May 2010

Official White House Photo by Samantha Appleton

(The Chronicle of Philanthropy)  “Just as the best ideas don’t come from Washington alone, we believe Washington shouldn’t be alone in funding them either,” said First Lady Michelle Obama at an event promoting the White House Social Innovation Fund on May 27.  Various grant-makers have contributed almost $50 million to the White House Social Innovation Fund, a federal initiative designed to remedy social problems.  The money will then match donations to organizations with the same goals–helping communities–in mind.  “The [fund] is not about doing it by itself,” director of the Social Innovation Fund Paul L. Carttar said.  “It’s about being the catalyst for the collaboration of a lot of different parties at a lot of different levels who want the same ambition of improving American communities — and have different capabilities, assets, or resources to bring to bear.”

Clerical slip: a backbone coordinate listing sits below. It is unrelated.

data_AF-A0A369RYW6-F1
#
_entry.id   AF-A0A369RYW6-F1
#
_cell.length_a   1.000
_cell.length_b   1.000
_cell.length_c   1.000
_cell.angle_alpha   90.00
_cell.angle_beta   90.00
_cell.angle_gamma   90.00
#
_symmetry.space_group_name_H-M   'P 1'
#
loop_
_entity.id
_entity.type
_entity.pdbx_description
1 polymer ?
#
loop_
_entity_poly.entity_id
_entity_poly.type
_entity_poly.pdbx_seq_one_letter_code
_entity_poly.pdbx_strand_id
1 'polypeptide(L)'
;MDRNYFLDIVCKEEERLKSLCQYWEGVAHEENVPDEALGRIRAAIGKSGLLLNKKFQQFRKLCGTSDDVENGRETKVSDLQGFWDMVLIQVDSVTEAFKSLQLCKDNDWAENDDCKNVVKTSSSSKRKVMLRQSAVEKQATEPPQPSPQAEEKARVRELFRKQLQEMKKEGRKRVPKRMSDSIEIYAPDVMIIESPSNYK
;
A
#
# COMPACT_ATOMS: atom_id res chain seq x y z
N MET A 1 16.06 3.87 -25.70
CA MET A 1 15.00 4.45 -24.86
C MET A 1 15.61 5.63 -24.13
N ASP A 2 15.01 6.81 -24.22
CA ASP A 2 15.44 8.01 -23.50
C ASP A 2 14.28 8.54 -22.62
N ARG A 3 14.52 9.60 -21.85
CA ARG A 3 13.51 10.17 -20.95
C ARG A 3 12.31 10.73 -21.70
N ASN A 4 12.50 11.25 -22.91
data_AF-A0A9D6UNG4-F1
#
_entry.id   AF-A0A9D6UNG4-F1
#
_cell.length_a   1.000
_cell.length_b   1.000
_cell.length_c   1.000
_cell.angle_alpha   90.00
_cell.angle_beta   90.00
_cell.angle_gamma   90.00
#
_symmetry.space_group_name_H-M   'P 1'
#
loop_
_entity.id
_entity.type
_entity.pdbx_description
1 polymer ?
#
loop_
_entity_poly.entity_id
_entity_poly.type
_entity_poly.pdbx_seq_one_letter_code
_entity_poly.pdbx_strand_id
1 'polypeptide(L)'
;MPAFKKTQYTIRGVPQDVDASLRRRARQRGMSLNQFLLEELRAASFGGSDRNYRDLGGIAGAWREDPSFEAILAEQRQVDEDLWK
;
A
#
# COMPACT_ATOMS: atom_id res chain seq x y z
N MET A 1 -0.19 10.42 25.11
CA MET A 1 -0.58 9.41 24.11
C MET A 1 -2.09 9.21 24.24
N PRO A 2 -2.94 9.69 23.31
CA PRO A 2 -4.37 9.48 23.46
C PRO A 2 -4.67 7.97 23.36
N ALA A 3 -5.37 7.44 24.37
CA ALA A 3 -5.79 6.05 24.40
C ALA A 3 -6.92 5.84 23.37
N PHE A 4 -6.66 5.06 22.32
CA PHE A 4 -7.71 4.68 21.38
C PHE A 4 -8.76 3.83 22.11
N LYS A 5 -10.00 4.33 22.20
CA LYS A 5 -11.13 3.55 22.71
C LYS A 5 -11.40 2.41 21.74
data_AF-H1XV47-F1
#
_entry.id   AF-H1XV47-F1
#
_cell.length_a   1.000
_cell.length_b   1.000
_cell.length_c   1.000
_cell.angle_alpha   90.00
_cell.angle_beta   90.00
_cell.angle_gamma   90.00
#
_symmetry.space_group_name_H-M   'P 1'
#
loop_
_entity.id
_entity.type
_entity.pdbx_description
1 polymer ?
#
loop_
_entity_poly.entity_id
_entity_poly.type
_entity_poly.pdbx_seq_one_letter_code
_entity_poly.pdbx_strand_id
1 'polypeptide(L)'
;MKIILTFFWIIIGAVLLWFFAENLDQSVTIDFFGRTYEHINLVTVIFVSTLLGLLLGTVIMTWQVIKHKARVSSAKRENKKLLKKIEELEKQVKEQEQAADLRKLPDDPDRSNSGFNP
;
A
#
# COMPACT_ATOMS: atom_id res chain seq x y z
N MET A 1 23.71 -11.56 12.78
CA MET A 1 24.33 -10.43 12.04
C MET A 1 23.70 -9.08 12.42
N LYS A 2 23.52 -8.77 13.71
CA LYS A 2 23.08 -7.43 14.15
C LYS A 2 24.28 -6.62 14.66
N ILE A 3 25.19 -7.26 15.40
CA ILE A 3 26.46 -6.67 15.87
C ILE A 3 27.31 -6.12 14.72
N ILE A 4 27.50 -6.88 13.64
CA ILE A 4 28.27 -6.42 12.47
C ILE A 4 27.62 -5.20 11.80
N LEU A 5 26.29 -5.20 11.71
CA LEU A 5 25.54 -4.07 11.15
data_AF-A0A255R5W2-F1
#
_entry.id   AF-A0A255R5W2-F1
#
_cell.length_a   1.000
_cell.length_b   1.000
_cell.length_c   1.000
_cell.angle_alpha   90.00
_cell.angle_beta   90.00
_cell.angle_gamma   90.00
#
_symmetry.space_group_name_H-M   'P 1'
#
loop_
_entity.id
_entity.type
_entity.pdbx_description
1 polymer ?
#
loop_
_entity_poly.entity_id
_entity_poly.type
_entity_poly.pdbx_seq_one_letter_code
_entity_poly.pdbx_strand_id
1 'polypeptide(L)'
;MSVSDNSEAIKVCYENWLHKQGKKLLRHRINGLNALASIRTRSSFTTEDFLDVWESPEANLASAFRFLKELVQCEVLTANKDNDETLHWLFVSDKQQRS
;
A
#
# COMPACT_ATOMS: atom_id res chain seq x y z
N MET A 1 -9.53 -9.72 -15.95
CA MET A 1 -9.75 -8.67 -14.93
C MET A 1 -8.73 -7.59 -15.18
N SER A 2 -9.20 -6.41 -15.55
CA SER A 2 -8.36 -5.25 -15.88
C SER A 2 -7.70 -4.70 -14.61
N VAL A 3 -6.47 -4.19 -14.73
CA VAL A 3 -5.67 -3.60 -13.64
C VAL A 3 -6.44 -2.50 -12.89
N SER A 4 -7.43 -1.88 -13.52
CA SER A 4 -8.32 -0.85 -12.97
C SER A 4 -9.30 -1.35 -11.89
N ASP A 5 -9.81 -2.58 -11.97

(IRS)  Registration is open for the IRS Nationwide Tax Forums, located in six different locations this year.  A new Exempt Organization Seminar will be featured entitled Charities and their Volunteers: Working Together to Help the Public.  Attendees will have the opportunity to network, earn CPE credits, and hear about the latest news and products for tax professionals.  Registration is available here.

John Marshall Mantel for The New York Times

(The New York Times) Mr. Efrain González Jr., a former Bronx senator, has been convicted of fraud and corruption; prosecutors say that he stole hundreds of thousands of dollars from nonprofits in order to fund personal expenses.  The judge, William H. Pauley III of Federal District Court in Manhattan, called the circumstance “an American tragedy,” saying that Mr. González “undoubtedly performed some good and generous acts” but ultimately “brought public disgrace onto himself and the New York State Senate.”  Prosecuters asserted that Mr. González misappropriated over $500,000 to pay for various expenses such as  jewelry, his daughter’s tuition, Yankees tickets, and a luxury apartment in the Dominican Republic.